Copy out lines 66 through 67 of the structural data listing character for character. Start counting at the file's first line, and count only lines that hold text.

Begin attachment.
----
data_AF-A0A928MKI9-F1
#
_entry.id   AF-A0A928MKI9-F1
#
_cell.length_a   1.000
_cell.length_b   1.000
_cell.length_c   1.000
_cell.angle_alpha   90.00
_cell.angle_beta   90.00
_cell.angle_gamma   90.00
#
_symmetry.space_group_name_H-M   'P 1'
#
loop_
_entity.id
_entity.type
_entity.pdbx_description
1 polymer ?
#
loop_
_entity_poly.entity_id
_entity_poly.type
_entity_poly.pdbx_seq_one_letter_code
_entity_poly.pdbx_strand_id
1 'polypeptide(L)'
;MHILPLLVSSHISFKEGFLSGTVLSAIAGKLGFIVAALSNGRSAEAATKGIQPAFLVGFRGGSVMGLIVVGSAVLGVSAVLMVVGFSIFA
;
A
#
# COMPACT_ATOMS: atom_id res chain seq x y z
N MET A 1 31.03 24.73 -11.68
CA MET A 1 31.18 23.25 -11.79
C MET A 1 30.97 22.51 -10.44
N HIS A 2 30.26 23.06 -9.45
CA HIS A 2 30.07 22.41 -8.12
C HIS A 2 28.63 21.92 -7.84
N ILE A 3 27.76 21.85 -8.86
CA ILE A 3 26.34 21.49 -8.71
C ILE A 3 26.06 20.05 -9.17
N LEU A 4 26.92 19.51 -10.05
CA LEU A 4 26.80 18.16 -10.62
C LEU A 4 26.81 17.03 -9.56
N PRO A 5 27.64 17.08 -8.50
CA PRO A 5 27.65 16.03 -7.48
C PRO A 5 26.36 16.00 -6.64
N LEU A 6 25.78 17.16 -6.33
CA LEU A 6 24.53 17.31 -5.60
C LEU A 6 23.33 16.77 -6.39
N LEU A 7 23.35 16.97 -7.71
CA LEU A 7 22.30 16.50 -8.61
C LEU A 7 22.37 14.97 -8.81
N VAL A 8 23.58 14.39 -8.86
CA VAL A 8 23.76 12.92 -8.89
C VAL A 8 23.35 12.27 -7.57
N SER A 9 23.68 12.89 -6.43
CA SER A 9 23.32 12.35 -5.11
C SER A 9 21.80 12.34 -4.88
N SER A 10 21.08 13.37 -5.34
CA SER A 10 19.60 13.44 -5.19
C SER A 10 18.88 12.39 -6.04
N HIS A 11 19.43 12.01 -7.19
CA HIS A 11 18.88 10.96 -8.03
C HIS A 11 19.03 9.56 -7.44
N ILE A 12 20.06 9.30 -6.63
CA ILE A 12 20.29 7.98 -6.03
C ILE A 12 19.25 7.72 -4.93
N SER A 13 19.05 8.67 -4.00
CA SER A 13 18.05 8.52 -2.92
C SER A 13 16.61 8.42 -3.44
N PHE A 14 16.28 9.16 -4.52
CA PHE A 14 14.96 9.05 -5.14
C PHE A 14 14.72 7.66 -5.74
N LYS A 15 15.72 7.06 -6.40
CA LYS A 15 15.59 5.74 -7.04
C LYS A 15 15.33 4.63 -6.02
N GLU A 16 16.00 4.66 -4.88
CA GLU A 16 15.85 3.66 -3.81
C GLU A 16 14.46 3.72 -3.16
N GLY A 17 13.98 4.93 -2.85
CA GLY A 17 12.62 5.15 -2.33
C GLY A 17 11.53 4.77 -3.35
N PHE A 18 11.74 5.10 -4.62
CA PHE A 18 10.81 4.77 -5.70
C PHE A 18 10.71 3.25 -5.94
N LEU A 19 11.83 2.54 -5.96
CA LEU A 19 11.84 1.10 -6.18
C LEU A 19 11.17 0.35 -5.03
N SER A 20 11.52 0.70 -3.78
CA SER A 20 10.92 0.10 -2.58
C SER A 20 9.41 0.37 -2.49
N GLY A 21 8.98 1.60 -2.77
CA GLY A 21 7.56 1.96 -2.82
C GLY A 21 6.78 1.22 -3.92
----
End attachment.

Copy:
C ILE A 12 19.25 7.72 -4.93
N SER A 13 19.05 8.67 -4.00